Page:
Buying shares is hard in a market like today’s, but if you’re a long-term investor you’ll almost certainly be rewarded.
A week or so ago I pointed out that the panic had already been extreme, and it was best now to stick to your plan.
It’s rarely a good time to panic, but too late is never the moment.
Cash is always king
The dash for cash that saw almost everything sell-off in the first weeks of the crisis revived the motto that ‘cash is king’.
Well, cash is always king. It’s predictable like no other asset class. You can buy things with it. It feels good to have a fat wodge.
If I could achieve my aims with cash then I wouldn’t invest in anything else.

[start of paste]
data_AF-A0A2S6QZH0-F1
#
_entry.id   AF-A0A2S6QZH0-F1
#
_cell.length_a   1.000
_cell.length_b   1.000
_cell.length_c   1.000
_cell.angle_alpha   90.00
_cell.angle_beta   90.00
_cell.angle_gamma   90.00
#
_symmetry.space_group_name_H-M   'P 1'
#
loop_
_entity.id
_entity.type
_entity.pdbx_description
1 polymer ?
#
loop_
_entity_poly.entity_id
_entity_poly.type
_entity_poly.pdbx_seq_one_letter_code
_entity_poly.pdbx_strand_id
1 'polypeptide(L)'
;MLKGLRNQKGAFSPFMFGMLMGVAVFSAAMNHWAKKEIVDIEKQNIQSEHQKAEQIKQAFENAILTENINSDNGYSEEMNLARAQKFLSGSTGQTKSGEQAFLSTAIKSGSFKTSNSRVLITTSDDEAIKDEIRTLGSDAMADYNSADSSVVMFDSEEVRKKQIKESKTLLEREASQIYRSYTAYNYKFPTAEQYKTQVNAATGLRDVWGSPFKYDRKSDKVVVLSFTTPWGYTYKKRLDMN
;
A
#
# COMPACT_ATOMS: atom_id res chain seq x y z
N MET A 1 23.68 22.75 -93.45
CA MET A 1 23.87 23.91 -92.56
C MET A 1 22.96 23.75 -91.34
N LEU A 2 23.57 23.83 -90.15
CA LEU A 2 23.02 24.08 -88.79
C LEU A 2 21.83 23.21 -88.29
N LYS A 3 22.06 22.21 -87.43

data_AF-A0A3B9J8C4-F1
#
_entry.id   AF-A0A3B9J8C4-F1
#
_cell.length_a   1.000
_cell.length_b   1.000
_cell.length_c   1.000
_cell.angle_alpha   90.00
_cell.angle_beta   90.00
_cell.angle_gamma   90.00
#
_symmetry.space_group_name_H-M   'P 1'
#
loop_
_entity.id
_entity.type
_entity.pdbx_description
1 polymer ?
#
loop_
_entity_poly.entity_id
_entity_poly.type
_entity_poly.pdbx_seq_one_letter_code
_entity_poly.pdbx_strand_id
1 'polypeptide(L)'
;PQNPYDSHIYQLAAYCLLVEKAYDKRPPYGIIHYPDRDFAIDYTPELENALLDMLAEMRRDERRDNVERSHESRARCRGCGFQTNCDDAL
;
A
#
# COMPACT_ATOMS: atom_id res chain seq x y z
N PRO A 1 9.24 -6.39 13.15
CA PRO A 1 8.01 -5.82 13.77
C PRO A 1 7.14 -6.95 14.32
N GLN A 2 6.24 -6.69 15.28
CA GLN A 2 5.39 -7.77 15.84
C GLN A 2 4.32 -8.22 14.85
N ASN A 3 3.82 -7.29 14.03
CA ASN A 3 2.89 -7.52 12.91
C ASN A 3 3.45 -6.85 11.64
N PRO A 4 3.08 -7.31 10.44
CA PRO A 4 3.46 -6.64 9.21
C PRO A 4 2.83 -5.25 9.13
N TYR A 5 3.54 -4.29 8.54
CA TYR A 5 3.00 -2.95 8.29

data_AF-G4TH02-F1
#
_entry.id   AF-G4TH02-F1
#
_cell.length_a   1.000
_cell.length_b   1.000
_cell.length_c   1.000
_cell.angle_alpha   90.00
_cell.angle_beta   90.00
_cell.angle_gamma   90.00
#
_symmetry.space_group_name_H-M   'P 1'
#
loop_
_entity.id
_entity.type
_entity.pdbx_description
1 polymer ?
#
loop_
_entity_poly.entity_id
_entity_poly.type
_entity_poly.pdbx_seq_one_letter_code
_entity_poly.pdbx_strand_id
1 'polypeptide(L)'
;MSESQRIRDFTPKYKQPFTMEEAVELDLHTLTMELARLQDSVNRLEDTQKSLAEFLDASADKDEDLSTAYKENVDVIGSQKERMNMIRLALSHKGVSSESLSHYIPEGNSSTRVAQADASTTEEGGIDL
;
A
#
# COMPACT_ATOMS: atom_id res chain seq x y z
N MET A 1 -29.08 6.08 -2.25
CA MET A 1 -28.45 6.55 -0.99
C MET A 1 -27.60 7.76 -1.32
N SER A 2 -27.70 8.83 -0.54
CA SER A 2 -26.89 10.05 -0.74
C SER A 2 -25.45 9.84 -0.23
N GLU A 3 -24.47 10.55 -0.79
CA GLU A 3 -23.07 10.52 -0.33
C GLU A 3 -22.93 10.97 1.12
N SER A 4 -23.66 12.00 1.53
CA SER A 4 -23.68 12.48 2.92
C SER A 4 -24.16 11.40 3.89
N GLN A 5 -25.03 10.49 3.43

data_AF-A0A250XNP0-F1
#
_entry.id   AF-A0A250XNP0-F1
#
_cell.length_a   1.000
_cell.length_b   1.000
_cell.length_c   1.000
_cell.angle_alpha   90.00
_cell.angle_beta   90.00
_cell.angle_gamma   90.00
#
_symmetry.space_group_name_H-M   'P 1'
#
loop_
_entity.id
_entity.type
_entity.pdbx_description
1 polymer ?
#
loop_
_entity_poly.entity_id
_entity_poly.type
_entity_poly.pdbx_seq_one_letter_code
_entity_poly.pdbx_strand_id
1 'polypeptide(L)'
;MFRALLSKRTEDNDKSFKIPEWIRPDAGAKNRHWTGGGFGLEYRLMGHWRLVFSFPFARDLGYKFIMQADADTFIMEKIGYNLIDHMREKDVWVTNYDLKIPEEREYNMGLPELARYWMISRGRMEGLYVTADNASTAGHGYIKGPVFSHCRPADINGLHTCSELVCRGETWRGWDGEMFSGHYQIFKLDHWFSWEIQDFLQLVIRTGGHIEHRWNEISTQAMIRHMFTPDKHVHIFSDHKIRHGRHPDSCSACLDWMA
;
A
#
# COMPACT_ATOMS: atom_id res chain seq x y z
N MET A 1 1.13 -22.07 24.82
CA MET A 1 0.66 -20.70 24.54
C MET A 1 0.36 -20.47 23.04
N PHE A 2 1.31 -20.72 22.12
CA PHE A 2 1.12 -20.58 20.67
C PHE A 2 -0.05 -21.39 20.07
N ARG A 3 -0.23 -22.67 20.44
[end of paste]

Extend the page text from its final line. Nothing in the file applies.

Sadly, I can’t. Even the richest person has to guard against inflation, which eats away the real value of a bank account balance like whispered court intrigue whittles away the power of a prince.
Ordinary inflation means 99% of us can’t even consider going all-in on cash, assuming we want to retire some day. The risk of hyperinflation means nobody can.
Despite this, cash is king. Never forget it.
Markets lurch about when they fluctuate
As I said, markets fluctuate. Sometimes they do so wildly, as recently. Because it’s 2020, many blame this on algorithmic trading – particularly those active managers who are forever casting around for a scapegoat.
You can read lots of articles explaining how robot traders have shunted about this or that asset class – let alone individual shares. I don’t doubt they’re a factor.
But markets have always become unmoored in times of panic. These big moves are nothing fundamentally new.